Sacco & Vanzetti Commemoration Speech from IAMUS by Juliet Ucelli of Italian Americans for a Multicultural Society

On Friday, August 23, over 500 people attended a rally in Union Square Park, New York City, commemorating the 75th anniversary of the execution of Nicola Sacco and Bartolomeo Vanzetti, two Italian-born anarchists who were railroaded to the electric chair on bogus criminal charges in Massachusetts in 1927. The following speech was given by Juliet Ucelli on behalf of Italian Americans for a Multicultural U.S. (IAMUS).I would like to briefly address the lessons of Sacco’s and Vanzetti’s lives and deaths for Italian Americans.

Commemorating the 75 Anniversary of the Execution of Sacco & Vanzetti

Today, Italian Americans are integrated into U.S. society as White Americans. But that wasn’t so in the early years of this century. People of Southern Italian background were considered non-White well into the 1920s. We were called aliens, wops–meaning “without papers,” just like today’s undocumented immigrants are called aliens. Nicola Sacco and Bartomoleo Vanzetti were derided as “dirty dagoes, reds” and “anarchistic bastards” (by their trial judge, Webster Thayerof Massachusetts). Anarchists were considered terrorists. Sound familiar?


When they were arrested and put on trial for murder, Sacco and Vanzetti got support from radical and genuinely democratic people of all nationalities and walks of life. Italian Americans who were poor, working class, new immigrants, much of the lower middle class, particularly identified with their suffering and stigmatization. My mother remembers her uncle saying, “Those men were murdered because they were Italian.” [The well known poet, Edna St. Vincent Millay, wrote her famous poem “Justice Denied in Massachusetts” to commemorate the deaths of the labor organizers. She had marched with Edmund Wilson, Mary McCarthy and other progressive and well informed intellectuals in defense of the two men, but many turned a deaf ear on their plight.]


Sacco and Vanzetti themselves knew why they were being targeted. In Bartolomeo Vanzetti’s immigrant dialect he said these words:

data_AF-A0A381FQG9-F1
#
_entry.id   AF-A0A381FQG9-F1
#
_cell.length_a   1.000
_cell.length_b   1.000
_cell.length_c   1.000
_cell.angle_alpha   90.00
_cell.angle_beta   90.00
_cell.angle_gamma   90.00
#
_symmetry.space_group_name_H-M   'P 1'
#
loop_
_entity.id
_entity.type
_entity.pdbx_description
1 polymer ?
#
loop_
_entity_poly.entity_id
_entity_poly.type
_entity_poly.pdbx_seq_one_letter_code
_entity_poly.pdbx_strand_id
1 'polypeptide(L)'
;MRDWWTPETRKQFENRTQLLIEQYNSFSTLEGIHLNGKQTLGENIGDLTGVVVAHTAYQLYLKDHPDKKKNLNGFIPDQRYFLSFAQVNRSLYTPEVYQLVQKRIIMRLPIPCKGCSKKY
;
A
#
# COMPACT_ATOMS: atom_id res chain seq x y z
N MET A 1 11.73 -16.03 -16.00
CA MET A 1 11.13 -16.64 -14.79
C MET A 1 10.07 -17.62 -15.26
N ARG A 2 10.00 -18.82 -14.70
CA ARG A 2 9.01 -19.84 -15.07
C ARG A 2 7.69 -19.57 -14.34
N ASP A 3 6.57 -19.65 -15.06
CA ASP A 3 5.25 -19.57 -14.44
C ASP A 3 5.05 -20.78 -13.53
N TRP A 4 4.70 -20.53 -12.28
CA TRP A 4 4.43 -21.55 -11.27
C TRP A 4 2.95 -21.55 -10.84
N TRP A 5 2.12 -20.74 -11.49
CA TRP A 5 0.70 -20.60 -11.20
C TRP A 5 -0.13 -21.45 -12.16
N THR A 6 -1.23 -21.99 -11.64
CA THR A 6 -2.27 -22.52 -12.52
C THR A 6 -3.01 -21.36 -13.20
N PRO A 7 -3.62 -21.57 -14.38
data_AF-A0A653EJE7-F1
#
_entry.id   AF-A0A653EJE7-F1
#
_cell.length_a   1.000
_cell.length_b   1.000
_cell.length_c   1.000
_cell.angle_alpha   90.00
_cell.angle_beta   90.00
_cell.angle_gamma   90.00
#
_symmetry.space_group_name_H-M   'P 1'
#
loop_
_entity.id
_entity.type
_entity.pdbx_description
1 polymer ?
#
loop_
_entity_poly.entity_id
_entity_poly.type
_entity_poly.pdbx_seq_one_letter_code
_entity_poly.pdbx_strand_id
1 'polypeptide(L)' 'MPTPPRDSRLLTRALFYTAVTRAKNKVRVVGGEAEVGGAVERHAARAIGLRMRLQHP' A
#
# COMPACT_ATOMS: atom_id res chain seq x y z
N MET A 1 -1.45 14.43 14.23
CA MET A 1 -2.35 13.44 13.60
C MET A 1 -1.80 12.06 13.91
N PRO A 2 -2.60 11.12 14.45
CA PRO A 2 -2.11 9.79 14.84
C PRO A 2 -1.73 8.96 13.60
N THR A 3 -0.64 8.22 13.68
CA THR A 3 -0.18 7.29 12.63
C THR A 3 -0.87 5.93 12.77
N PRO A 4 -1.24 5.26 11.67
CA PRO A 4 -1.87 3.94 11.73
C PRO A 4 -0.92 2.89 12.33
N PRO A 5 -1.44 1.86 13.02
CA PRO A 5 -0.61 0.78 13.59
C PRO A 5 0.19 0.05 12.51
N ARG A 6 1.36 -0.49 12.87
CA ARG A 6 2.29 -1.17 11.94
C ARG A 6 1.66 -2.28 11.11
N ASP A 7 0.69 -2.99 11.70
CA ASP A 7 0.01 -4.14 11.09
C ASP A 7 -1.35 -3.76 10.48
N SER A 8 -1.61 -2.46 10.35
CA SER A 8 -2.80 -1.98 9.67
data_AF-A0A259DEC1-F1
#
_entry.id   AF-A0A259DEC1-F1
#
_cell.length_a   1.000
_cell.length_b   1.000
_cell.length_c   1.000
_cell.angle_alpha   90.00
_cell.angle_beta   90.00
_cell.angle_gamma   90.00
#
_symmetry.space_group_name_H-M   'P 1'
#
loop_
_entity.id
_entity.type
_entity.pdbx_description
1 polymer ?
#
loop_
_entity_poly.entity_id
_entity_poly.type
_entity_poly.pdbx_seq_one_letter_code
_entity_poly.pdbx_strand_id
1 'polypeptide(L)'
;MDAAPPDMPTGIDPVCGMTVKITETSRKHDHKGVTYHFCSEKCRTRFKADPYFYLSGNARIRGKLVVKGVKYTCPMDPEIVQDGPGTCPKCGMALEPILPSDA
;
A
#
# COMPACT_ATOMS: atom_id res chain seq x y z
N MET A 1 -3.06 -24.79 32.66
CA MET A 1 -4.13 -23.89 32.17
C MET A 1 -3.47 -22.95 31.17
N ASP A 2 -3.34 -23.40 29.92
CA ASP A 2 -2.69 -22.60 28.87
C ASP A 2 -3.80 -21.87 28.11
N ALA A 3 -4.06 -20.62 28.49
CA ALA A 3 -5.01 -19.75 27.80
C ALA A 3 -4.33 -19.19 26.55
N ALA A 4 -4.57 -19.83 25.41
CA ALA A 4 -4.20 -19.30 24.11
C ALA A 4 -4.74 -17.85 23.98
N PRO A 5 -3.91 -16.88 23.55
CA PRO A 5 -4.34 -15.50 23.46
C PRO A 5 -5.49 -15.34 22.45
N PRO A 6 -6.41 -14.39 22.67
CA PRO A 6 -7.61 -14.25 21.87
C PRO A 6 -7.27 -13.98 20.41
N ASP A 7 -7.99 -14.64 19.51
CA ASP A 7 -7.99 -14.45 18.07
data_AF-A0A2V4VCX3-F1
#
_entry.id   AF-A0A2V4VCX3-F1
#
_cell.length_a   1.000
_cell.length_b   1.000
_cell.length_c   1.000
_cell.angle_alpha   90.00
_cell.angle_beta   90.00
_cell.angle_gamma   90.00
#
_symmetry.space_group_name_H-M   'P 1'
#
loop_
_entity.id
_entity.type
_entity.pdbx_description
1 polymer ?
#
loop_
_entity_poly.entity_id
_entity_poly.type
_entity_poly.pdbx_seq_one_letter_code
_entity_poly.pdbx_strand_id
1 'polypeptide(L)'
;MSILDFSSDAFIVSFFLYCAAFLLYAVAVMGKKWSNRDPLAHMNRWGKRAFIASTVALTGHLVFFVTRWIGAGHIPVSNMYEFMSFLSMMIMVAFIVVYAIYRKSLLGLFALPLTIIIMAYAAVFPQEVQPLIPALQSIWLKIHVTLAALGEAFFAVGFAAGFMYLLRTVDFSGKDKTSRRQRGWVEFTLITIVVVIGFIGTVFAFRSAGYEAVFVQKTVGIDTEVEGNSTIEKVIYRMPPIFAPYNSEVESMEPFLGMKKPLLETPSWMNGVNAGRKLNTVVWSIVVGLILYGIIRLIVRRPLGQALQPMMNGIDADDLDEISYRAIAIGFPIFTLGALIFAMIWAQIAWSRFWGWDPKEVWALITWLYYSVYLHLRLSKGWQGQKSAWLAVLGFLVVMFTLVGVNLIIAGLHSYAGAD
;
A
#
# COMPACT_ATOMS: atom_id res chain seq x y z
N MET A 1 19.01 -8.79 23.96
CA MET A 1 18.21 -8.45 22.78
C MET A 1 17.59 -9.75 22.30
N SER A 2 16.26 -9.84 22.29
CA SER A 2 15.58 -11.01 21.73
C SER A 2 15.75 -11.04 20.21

“I would not wish to a dog or to a snake what I have had to suffer for things that I am not guilty of. But my conviction is that I have suffered for things that I am guilty of. I am suffering because I am a radical and indeed I am a radical; I have suffered because I was an Italian, and indeed I am an Italian; I have suffered more for my family and my beloved than for myself; but I am so convinced to be right that if you could execute me two times, and if I could be reborn two other times, I would live again to do what I have done already.”


Today, Sacco and Vanzette are long-dead and it’s safe to feel sympathy for them. And, many Italian Americans look back with nostalgia, from a comfortable position of white Bartolomeo Vanzetti
, 1927

privilege, at this era when we actually were an oppressed national minority subject to persecution. But when Sacco and Vanzetti were facing execution and needing support, lots of Italian Americans–the establishment, some professionals, the wealthy–would have nothing to do with them. They didn‚t want to be associated with those radicals and ‘terrorists’.

So I pose this challenge: If you won’t stand up now for the Arabs, Muslims and South Asians who are being held without any Constitutional rights for supposed association with terrorists, you wouldn‚t have stood up for Sacco and Vanzetti either. If you won’t stand up for Mumia Abu Jamal, the former Black Panther, journalist and exposer of the crimes of the Philadelphia Police Department who was railroaded and faces the death penalty for supposedly killing a Philadelphia police officer, you wouldn’t have stood up for Sacco and Vanzetti either.

And if you won’t stand up against Bush’s endless war on whatever country is not bowing down to the dictates of the U.S. elite, you wouldn’t have stood up for Sacco and Vanzetti either.

Nicola Sacco and Bartolomeo Vanzetti understood well that most wars are called for by the rich to protect their wealth, their oil wells, their sources of profit. We shouldn’t forget what they knew.


Long live the memory of Sacco and Vanzetti!
Free the detainees!
Free Mumia Abu Jamal!
Abolish the death penalty!
No to Bush’s war!

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–quote from Bartolomeo Vanzetti, 1927, upon being sentenced to death
Above speech by Juliet Ucelli, of Italian Americans for a Multicultural Society,
delivered in Union Square Park, New York City, August 23, 2002, 75th anniversary.

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